The Kansas State University (KSU) Wildcats are known for numerous cutting edge advancements in agricultural research, along with numerous national livestock, equine, crops, and meat judging titles, according to the university’s web site. A lesser known fact is that the Department of Apparel, Textiles and Interior Design (ATID) ranks among the best in the nation.
Dr. Joycelyn Burdett of KSU’s ATID Department applied for and received a Cotton Incorporated grant to give her students an opportunity to learn more about cotton textiles. She also wanted to show her students the processes used to convert a natural fiber into a usable fabric.
Dr. Burdett also reached out to the Kansas Cotton Association (KCA) to find out more about the cotton industry. That meeting led to PCCA and KCA partnering to establish the first KSU Denim Runway design contest.
The contest consisted of four categories: Men’s and Women’s Fashion Jeans, Cotton Trend Board, and Casual Wear. Cotton Trend Board was designed to broaden contestants’ knowledge of cotton and communicate trends based on their research. The Casual Wear category allowed students to be really creative with denim by designing anything other than a pair of fashion denim jeans.
In September, the students learned and discussed how cotton is grown, harvested, graded, processed, and marketed during guest lectures by KCA and PCCA representatives. The students also learned about PCCA’s vertically integrated organization and learned more about the denim manufacturing process.
“The students were great to interact with throughout the contest,” said American Cotton Growers’ (ACG) Larry Lundberg. “The level of involvement and dedication from the professors at KSU also was evidence of the program’s strength,” he said.
The contestants visited the Winfield gin plant of Southern Kansas Cotton Growers (SKCG) and neighboring cotton farms to see how cotton is grown, harvested, and ginned. “Some, if not all, of the students had never been on a farm,” said Dick Cooper, PCCA’s Director of Business Development for Kansas and Northern Oklahoma. “This was an experience for them that will last a lifetime.” “I really learned a lot about denim, cotton, and farming,” said Collin Campion. “I’d never been to a farm, and it was amazing to get out of my comfort zone to see where cotton was grown and find out where fabric comes from.”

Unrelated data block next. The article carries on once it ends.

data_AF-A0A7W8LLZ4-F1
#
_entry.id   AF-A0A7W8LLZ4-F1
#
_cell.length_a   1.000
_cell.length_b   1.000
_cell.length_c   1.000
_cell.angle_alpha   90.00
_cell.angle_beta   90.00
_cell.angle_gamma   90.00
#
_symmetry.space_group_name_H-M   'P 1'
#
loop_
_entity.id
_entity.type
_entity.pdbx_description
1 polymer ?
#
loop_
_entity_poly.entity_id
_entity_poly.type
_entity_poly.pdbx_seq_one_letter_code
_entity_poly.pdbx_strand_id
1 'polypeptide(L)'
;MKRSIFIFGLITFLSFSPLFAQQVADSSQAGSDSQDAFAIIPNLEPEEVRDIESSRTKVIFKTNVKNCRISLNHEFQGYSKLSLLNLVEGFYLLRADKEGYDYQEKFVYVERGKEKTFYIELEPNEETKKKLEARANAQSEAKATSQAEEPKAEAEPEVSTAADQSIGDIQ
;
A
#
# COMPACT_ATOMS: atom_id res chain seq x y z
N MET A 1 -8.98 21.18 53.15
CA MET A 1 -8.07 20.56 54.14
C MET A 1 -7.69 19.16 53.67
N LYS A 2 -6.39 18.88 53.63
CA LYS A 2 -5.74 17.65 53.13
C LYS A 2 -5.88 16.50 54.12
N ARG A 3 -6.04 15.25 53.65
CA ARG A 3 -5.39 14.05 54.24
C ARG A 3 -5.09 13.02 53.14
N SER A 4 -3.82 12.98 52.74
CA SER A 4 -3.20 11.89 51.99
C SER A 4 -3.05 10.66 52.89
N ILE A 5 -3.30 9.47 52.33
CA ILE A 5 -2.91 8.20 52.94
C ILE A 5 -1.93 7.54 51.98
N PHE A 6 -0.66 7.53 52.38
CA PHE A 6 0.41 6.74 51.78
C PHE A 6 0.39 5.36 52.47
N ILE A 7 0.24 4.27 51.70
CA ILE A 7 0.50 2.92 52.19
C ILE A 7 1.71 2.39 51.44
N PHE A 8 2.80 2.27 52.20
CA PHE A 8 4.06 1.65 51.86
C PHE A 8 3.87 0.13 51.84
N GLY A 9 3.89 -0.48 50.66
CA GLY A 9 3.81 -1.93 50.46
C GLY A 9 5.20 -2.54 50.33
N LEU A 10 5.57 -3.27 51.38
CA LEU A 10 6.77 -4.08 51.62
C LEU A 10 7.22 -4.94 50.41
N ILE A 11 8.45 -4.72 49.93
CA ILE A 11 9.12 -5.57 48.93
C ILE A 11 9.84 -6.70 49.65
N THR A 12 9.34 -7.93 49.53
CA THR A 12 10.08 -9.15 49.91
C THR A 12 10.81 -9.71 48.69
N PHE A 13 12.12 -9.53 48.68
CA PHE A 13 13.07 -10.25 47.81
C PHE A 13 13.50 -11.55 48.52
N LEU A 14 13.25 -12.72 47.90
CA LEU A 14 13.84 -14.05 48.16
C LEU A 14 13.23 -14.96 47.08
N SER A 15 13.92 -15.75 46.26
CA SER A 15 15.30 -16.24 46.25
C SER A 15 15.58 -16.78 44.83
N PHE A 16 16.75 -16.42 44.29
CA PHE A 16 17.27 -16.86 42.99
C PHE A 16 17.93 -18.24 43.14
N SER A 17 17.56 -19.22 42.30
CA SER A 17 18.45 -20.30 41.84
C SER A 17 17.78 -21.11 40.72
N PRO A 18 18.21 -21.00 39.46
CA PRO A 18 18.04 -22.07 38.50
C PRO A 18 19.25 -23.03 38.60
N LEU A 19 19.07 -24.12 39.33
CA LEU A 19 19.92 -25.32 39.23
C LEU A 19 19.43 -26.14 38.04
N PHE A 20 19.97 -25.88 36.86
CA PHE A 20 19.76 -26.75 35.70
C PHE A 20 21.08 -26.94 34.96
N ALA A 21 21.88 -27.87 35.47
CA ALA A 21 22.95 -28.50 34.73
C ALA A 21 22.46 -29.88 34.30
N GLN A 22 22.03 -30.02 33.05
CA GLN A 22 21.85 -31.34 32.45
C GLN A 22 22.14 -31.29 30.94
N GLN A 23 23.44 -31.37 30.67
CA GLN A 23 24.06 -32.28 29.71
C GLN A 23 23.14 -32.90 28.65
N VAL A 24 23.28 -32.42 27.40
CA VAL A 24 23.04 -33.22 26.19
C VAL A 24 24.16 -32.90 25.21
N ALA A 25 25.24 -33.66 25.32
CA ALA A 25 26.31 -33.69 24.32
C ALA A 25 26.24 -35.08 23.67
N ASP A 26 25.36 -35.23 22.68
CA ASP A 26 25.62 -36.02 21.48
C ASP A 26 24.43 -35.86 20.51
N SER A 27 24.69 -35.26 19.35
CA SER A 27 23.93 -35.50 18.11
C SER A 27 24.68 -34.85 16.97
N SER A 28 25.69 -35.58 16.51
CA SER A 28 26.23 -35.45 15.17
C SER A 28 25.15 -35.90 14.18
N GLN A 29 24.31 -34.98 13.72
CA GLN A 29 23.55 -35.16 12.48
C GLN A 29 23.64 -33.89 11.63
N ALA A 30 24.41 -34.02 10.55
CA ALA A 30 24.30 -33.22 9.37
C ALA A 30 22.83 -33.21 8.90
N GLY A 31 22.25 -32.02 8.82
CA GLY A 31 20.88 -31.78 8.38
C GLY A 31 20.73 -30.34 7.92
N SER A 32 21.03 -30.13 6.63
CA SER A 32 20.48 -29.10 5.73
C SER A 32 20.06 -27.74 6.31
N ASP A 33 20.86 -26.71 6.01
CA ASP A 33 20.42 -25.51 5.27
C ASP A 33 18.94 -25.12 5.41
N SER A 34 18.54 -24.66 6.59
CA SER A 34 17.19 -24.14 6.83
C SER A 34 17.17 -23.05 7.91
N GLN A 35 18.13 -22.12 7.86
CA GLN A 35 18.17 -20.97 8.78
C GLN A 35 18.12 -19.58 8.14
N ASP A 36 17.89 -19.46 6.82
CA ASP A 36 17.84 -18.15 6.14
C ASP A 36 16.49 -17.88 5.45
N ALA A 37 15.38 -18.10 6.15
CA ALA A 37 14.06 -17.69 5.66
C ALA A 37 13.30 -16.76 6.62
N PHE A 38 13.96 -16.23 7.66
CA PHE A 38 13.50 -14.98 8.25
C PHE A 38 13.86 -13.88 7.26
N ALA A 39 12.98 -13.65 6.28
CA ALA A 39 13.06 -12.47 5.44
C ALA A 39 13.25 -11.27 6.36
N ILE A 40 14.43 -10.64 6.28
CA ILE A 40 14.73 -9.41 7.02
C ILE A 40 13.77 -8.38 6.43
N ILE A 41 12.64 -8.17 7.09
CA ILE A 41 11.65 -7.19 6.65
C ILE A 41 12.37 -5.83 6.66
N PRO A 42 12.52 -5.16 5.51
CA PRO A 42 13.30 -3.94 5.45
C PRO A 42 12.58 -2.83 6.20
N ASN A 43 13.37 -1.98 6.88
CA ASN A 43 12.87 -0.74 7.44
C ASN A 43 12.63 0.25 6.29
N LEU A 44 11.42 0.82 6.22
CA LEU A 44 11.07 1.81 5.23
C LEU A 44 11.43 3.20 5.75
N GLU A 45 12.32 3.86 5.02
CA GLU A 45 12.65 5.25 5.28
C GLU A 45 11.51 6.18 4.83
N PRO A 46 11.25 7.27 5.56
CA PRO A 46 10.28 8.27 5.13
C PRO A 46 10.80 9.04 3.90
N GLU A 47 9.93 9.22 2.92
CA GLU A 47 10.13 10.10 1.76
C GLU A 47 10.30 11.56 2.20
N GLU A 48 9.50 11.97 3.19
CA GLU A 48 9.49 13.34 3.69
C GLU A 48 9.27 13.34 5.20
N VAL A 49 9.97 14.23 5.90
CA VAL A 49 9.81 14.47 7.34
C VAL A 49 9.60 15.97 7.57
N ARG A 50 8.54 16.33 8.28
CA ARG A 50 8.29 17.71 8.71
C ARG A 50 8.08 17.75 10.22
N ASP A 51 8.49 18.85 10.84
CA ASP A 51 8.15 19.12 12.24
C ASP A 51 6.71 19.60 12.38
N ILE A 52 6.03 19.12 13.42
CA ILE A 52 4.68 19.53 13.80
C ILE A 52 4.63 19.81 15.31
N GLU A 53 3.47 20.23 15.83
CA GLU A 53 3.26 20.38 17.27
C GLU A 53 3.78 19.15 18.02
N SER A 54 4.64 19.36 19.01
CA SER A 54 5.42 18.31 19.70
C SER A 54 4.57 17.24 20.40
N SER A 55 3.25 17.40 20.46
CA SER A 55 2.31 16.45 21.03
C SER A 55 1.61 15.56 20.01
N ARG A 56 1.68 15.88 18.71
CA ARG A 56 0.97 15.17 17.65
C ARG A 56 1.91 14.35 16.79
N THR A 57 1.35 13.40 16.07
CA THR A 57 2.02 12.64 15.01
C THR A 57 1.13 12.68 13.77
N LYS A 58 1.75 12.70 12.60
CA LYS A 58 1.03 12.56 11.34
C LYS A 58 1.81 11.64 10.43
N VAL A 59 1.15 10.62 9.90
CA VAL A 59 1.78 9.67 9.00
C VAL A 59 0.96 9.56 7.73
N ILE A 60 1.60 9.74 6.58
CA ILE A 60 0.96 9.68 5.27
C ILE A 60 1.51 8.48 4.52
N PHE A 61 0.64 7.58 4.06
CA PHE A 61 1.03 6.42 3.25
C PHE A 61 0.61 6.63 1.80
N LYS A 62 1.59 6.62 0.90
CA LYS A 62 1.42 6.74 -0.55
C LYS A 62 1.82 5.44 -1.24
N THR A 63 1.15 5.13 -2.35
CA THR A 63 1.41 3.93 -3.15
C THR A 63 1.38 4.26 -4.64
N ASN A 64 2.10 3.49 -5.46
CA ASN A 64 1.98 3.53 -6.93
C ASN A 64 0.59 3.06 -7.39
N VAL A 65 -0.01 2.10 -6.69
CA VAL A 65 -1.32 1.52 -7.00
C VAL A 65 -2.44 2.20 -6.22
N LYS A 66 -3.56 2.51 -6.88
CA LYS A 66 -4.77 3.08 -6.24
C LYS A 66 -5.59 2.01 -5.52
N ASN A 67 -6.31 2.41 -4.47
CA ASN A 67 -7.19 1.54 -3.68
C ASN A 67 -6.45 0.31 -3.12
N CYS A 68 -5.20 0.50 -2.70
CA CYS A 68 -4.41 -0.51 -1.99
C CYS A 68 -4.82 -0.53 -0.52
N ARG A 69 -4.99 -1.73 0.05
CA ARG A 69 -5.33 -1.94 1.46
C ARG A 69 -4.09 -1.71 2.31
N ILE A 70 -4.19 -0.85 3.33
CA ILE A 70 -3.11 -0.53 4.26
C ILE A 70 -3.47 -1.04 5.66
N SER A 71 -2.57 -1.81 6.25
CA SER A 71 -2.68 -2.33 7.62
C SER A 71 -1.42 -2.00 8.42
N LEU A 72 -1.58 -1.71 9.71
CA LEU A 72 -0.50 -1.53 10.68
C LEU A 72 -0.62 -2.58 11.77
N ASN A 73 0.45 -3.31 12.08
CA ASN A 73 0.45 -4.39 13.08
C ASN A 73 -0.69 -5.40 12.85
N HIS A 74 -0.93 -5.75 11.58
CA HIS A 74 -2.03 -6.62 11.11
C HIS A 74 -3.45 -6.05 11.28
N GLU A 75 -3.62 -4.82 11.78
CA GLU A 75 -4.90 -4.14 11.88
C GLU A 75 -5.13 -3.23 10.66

The contestants gained additional experience during “media day,” when they described to reporters how they were learning about the cotton industry and preparing for the contest. Then they put the finishing touches on their contest entries at ACG.
Two panels of judges were selected to judge the four divisions of the contest on Nov. 30. The Cotton Trend Board and Casual categories were graded by Patty Lahey, a cotton farmer and founding member of the Northwest Cotton Growers Coop Gin, Kris Boone, KSU Department Head and Professor in the Department of Communications, Kelby Polfer, KSU graduate student in the Department of Apparel and Textiles, and Roger Sewell, Manager of Business Development for High Tech Gin at Pratt, Kan., and KCA Director.
The Men’s and Women’s Fashion Jeans categories were judged by Leslie Kauffman, President and CEO of the Kansas Cooperative Council, Holly Martin, Editor of the High Plains Journal, Greg Akagi, Farm Broadcaster with WIBW Radio/Kansas Ag Network, and Gary Feist, Manager of SKCG.
The Denim Runway contest handed out top honors to Collin Campion, a junior from Overland Park, Kan., in the Men’s Fashion Jeans category. The Women’s Fashion Jeans award went to Tara Killingsworth, a senior from Geneseo, Kan.
“It was so great to learn there are cotton farmers in Kansas and get to visit a cotton farm and gin,” Killingsworth said. “It was an awesome experience, and winning was the cherry on top of it all.” Killingsworth also won the Casual Wear category, and Lauren Schoneman, a sophomore from Manhattan, Kan., won the Cotton Trend Board category.
This cumulative educational-outreach effort brought new meaning of field-to-fashion for many of KSU’s non-agriculture students. It also taught the next generation of designers about the importance of Kansas’ cotton industry and how each step of the production process can affect high-fashion denim and other cotton textiles.
“The opportunity to see the field-to-fabric cotton production system and to work in the textile finishing labs at ACG is quite rare,” Burdett said. “No amount of classroom lecture can be as meaningful as an actual experience such as this.”